Thursday, 22 December 2011

Cooktown Crossing: "Mummy, they're having terrapins for supper!"

Love this picture of Raz on the Cooktown Crossing.
Hadn't realised that it bore such a resemblance to the Napalm Photo from 'Nam at the time it was taken.

An ageless man, a kind of white aboriginal with a matted white beard and long hair, who'd been the bush warden here for 5 years, came and sat with us. His opening gambit, after he'd settled himself next to me by the camper and said hello to the kids, was “they’ve been massacres here!” Did he mean last weekend (we had a bbq and it all went horribly wrong, they bought Shiraz, not Pinot Noir) - or in Capt'n Cook's time?

It turned out that there was an "incident" between the white folk and the aborginals in the 1950s when 3 white children became ill and died over a period of 2 weeks. It was blamed on the local aboriginals and then 50 of them were killed in a revenge attack. This man, whose name we never found out, said it took him many years to get the full story out of a local woman, who had been a child at the time. He took up the offer of a glass of wine and a bowl of pasta marinara and then told the kids that it was fine to swim in the river. "It's full of crocs, but these freshies and are more scared of you. If you shine a light over the water at night you'll see their red eyes."
Raz and Bear collected dry wood and got a fire going for the night on the river bank under the gum trees. We met some local boys and their dads, that had come up for the weekend from Mossman. Raz and Bear were keen to find out what they were fishing for and trying to catch in their cages. They came back to the camper surprised and concerned in equal measure . They told us that these boys were hunting terrapins and were eating their tails for supper.

I didn't realise that terrapins were native to this area or that they lived in fresh water. Less so that they were bush tucker for schoolchildren. We wondered down to the river in the dark to to talk to them and their dads. 

It turned out that they were looking for yabbies and a local crayfish, called a “cherrapin”. All through the night I could see the boys from Mossman checking on their yabbie cages and cherrapins. Raz and Bear got out of the campervan at 6am to go fishing with them and check on their hoard from the night. They hauled up a beautiful red clawed cherrapin which got put in a plastic washing up bowl with an empty can of beer. Later one dad got a chain saw out of his 4WD and started chopping up the wood in the fire as it was burning. Raz, Bear and the Mossman boys  (Dallas the blondie that Bear liked and Damien, the aboriginal boy) went swimming in the river - with the shy crocs.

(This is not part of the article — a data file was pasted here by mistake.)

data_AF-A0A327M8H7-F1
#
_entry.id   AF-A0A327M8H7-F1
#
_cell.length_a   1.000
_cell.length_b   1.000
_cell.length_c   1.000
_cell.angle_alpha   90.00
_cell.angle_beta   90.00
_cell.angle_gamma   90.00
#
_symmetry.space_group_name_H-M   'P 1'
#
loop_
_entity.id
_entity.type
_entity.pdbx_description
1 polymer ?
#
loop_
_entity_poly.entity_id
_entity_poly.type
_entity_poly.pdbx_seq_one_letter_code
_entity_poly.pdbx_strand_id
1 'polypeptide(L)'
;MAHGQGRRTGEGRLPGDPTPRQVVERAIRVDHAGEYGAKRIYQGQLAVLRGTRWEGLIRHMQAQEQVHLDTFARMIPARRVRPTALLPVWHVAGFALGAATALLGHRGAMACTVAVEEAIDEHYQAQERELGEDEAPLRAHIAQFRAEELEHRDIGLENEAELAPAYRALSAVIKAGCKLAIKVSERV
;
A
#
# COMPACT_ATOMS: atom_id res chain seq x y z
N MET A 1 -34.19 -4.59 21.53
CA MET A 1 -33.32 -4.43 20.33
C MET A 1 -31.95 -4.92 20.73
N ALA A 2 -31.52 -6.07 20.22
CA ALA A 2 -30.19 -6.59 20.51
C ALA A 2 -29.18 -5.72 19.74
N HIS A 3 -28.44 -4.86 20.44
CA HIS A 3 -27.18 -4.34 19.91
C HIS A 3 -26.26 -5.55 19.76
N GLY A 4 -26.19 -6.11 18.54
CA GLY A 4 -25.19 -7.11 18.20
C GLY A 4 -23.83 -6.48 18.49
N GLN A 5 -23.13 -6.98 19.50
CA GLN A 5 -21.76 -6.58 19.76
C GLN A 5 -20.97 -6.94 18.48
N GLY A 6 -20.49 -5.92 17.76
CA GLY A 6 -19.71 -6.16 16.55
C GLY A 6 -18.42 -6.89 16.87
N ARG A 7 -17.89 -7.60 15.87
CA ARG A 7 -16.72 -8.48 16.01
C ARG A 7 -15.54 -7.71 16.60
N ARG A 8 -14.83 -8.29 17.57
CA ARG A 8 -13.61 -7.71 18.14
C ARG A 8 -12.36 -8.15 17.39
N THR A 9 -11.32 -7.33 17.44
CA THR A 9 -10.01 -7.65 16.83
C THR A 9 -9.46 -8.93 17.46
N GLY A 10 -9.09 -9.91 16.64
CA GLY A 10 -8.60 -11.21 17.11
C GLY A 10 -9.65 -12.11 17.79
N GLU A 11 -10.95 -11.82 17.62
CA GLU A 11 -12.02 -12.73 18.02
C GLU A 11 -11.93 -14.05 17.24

Happy Yabbies?

Red spotted Cherapin.

Bear and Dallas fishing.

Bruce, taking Cooktown Crossing in his stride.

We packed up shortly after the Mossman boys and left Cooktown Crossing, back through the ford and up the dirt track for 10km to the “Hurricane” signpost. We turned left and took the Mulligan Highway to Cooktown itself.

Just after Dead Dog Creek, which was all dried up like the others, we saw our first large dead Roo by the road. We stopped for a late breakfast at a truckers café at the Palmer Rail Road Crossing. The cafe had a side museum devoted to the gold rush that hit the Palmer River area ("purest gold in the whole of Australia") in the 1830s. The woman who ran the place had a “small family mine” up near the now abandoned town, of Maytown. She said it was pretty violent during the gold rush era and mentioned that the Chinese came in their droves and took gold out of the country in their trouser turn ups and shoes!

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